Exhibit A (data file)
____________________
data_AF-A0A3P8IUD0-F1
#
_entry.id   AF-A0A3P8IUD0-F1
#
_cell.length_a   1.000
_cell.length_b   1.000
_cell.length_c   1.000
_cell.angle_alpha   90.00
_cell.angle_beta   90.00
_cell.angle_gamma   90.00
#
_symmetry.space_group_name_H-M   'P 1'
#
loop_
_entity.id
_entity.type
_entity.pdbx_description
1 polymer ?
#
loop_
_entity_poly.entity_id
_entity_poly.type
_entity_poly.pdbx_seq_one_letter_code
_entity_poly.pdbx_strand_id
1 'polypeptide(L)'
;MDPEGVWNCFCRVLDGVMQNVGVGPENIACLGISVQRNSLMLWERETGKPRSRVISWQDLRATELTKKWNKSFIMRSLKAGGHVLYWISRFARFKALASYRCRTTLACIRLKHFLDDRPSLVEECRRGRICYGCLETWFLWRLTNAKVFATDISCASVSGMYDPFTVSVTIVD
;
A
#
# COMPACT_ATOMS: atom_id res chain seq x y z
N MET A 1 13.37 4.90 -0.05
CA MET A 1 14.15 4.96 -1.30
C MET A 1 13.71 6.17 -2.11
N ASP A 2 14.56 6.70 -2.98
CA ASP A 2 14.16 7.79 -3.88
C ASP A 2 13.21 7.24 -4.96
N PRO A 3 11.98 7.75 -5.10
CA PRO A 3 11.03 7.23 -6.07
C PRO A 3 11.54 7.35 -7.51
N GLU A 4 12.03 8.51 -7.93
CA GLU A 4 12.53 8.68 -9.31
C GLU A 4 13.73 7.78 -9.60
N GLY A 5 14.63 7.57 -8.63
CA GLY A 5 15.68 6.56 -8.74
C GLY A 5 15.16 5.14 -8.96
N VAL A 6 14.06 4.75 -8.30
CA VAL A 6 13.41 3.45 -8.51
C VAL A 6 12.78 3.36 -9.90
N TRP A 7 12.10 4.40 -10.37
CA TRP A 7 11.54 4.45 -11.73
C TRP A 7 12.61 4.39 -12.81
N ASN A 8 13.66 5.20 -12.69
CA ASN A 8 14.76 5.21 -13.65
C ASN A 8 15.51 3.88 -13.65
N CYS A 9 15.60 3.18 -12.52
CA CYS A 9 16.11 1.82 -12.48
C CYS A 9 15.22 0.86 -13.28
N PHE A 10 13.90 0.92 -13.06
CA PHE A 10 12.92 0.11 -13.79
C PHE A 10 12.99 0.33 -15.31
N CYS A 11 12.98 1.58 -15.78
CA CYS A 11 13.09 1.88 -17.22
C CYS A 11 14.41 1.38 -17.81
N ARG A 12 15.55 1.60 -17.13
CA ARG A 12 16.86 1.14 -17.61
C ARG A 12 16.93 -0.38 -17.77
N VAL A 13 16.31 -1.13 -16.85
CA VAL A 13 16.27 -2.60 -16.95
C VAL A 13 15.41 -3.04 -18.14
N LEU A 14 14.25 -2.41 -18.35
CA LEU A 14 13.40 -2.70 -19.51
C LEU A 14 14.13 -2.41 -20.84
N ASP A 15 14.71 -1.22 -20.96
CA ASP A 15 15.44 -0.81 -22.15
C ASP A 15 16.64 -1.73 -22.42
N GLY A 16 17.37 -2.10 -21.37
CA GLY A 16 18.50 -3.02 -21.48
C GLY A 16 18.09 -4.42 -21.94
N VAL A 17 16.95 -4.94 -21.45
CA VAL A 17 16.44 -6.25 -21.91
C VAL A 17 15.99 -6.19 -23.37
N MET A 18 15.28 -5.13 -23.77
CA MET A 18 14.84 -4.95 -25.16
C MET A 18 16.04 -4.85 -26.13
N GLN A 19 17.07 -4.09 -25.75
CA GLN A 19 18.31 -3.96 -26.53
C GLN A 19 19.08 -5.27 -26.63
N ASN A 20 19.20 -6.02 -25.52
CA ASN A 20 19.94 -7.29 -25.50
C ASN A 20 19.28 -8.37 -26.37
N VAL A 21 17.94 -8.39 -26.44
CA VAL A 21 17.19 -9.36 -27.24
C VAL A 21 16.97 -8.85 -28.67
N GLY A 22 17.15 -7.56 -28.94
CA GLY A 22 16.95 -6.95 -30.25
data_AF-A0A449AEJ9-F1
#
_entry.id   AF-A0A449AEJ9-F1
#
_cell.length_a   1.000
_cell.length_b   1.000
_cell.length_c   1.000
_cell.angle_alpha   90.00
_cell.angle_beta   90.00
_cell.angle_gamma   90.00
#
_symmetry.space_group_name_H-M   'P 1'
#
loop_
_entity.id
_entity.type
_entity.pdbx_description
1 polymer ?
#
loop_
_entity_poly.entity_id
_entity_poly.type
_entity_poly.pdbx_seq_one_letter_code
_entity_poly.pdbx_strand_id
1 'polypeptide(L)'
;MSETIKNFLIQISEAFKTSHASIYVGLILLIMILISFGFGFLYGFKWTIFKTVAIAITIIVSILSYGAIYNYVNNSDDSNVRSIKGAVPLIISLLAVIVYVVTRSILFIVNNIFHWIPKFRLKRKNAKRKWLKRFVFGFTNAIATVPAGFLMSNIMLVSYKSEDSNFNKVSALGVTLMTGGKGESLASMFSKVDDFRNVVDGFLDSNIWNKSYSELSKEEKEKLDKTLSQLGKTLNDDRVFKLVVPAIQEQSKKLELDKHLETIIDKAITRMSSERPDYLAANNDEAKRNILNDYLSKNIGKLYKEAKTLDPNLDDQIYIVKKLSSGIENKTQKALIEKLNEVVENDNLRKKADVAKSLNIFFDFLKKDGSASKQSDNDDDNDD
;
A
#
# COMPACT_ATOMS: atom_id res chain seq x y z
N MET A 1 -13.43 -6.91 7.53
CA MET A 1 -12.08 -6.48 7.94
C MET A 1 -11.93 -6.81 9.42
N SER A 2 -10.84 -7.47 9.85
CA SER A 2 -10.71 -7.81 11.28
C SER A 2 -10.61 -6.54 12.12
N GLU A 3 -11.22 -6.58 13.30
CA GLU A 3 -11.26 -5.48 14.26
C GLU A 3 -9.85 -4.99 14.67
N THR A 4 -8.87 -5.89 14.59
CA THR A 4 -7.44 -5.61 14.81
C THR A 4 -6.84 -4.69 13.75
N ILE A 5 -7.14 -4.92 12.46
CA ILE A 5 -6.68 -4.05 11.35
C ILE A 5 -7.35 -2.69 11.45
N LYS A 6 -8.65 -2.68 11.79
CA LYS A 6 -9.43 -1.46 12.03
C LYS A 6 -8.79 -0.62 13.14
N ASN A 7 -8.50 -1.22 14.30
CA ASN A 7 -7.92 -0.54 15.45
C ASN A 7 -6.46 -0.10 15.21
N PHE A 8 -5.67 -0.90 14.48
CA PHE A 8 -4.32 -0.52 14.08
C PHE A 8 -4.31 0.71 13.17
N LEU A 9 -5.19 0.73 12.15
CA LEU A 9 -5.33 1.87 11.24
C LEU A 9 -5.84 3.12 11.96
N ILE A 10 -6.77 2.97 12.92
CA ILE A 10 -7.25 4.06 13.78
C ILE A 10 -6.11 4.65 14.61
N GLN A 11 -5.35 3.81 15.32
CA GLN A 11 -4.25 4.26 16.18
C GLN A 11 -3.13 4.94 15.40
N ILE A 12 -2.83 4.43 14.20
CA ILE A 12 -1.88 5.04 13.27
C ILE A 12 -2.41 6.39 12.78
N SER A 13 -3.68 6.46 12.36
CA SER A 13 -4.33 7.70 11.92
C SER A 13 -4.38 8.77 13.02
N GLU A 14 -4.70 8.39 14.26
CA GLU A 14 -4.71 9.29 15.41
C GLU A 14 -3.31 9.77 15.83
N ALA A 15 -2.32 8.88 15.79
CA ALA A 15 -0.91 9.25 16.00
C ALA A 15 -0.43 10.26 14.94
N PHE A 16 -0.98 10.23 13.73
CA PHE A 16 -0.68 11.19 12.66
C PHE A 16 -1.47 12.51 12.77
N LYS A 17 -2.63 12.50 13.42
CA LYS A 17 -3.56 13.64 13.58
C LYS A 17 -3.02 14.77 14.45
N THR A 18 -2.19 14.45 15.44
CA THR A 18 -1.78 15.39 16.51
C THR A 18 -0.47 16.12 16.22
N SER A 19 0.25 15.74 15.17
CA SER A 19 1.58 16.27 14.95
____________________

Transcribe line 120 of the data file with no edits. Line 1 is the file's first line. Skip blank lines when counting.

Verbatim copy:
1 'polypeptide(L)'